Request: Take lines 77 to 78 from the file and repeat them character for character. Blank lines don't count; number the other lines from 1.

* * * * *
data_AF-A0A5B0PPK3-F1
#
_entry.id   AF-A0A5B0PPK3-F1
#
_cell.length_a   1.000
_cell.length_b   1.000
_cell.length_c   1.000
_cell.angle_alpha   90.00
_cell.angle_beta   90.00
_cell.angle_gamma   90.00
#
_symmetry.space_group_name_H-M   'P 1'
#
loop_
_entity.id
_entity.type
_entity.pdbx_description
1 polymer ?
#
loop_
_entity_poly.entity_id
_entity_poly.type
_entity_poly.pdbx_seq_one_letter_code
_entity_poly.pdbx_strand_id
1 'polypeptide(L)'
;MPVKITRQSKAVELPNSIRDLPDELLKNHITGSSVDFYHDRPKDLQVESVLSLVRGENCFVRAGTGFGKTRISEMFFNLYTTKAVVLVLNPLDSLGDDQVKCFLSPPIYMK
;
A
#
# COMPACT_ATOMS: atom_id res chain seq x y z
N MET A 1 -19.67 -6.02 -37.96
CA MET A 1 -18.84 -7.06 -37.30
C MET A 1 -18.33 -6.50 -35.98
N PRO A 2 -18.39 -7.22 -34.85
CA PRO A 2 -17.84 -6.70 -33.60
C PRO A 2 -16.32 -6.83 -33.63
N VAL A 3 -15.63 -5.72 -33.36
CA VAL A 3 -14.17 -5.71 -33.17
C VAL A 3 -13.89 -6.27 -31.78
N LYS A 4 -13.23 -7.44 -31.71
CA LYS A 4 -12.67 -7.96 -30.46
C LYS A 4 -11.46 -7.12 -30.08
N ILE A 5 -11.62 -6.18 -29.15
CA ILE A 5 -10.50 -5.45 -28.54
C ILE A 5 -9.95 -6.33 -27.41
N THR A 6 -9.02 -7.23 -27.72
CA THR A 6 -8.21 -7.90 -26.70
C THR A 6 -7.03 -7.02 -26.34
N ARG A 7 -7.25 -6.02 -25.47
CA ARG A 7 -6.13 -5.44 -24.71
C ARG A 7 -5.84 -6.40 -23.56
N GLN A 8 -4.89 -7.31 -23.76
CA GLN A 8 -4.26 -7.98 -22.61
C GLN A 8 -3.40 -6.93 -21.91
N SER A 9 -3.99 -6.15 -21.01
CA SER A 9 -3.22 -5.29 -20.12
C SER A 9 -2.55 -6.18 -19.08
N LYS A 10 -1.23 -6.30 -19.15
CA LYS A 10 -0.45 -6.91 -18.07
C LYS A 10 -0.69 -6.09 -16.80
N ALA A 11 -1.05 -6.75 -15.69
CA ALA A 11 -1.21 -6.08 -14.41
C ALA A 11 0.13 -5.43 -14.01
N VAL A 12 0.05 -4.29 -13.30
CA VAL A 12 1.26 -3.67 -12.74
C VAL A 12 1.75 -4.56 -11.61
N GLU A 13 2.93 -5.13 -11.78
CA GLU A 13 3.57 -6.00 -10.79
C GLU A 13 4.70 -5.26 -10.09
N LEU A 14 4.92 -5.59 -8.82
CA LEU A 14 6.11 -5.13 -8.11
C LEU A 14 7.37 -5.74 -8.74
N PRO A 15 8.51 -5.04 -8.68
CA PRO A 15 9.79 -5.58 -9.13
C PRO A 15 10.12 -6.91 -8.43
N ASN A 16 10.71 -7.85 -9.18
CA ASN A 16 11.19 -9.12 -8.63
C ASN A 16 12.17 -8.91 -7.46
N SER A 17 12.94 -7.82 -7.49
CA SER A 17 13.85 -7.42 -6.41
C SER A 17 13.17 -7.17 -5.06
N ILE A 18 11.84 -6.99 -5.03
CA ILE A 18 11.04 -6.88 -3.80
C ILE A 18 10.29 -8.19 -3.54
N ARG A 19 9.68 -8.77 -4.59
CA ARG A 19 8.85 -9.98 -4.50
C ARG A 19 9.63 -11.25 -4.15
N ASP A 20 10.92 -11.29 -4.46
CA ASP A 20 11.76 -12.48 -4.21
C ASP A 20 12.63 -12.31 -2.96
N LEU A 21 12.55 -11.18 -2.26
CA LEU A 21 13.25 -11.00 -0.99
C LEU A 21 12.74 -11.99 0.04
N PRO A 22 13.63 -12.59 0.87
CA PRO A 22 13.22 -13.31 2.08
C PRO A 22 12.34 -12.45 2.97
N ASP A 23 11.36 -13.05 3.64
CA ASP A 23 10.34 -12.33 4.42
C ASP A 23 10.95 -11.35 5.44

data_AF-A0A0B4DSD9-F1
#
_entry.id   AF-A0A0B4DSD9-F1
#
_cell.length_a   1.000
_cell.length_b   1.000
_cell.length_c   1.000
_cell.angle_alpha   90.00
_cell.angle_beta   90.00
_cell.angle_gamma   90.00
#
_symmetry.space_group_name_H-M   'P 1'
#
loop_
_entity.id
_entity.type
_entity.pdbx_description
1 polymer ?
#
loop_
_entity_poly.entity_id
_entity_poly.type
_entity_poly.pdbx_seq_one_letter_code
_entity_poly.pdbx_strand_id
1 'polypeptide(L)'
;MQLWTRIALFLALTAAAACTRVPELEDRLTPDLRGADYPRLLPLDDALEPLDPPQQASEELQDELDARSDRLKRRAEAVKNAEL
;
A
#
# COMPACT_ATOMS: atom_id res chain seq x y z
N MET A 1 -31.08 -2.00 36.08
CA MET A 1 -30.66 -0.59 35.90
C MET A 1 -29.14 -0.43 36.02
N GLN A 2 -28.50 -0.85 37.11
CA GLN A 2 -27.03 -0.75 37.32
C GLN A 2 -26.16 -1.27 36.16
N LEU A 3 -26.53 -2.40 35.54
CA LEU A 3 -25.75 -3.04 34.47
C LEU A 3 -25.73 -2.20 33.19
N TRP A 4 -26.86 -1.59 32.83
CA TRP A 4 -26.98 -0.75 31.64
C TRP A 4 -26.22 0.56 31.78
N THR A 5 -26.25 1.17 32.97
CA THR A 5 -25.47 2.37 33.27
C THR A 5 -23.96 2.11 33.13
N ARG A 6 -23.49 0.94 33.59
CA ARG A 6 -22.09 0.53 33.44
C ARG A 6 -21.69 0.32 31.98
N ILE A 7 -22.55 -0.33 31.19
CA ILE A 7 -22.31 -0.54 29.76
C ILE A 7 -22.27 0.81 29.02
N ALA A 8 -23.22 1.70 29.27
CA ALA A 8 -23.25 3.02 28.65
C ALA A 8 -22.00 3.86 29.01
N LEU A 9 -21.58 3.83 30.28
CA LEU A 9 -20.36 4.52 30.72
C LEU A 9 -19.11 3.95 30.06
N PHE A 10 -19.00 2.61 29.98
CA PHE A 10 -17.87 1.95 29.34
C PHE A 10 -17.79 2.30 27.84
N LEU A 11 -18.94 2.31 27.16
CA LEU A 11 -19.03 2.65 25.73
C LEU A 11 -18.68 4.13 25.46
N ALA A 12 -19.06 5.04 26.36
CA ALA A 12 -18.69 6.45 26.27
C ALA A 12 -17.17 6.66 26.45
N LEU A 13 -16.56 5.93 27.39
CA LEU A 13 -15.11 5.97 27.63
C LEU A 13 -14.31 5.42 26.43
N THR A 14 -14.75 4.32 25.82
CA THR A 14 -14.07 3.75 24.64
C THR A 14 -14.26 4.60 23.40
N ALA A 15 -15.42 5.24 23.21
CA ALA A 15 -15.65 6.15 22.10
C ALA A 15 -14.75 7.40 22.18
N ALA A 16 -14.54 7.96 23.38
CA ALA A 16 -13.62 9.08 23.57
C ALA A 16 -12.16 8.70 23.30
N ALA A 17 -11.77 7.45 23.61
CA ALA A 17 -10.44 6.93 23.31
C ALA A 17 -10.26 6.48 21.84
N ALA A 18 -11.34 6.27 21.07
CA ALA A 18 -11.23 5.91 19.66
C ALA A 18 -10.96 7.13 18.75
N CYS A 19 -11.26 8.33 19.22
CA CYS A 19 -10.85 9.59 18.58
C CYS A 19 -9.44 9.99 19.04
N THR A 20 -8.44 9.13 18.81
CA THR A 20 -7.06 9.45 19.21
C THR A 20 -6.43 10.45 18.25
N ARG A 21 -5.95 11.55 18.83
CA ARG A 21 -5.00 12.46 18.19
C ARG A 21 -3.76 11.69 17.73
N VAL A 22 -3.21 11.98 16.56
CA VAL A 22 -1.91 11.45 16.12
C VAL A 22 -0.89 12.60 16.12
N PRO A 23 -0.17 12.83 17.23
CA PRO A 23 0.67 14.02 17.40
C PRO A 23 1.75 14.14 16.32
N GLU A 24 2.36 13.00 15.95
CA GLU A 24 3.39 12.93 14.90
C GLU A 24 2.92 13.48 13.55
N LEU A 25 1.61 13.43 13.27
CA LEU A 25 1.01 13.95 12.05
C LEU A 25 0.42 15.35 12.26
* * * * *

CA ASN A 16 11.19 -9.12 -8.63
C ASN A 16 12.17 -8.91 -7.46